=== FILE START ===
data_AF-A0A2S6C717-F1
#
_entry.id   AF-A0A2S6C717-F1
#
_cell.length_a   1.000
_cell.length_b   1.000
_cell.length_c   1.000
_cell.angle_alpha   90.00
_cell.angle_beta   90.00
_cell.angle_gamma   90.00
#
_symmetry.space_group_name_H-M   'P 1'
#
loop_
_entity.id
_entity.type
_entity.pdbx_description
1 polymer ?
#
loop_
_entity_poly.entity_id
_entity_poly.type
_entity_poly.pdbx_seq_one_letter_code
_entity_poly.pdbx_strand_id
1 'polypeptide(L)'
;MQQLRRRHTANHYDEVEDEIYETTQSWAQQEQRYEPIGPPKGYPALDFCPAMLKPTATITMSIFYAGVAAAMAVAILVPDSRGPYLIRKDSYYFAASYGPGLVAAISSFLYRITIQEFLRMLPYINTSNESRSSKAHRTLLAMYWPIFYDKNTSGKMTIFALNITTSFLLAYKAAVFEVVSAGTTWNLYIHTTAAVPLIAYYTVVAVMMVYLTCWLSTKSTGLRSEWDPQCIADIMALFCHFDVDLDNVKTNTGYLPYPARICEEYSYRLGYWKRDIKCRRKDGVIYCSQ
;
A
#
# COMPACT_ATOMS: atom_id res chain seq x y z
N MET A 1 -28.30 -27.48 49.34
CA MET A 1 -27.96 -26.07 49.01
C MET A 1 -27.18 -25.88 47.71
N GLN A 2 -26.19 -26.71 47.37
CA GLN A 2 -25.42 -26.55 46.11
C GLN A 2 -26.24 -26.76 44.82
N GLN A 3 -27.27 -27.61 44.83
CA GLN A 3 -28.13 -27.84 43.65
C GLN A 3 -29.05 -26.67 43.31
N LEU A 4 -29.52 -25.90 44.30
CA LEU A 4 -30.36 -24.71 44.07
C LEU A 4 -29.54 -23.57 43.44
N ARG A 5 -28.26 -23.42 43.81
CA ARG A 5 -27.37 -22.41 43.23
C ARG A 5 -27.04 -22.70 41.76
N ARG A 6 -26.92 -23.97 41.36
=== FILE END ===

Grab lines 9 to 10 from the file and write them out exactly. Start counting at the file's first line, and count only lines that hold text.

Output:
_cell.angle_beta   90.00
_cell.angle_gamma   90.00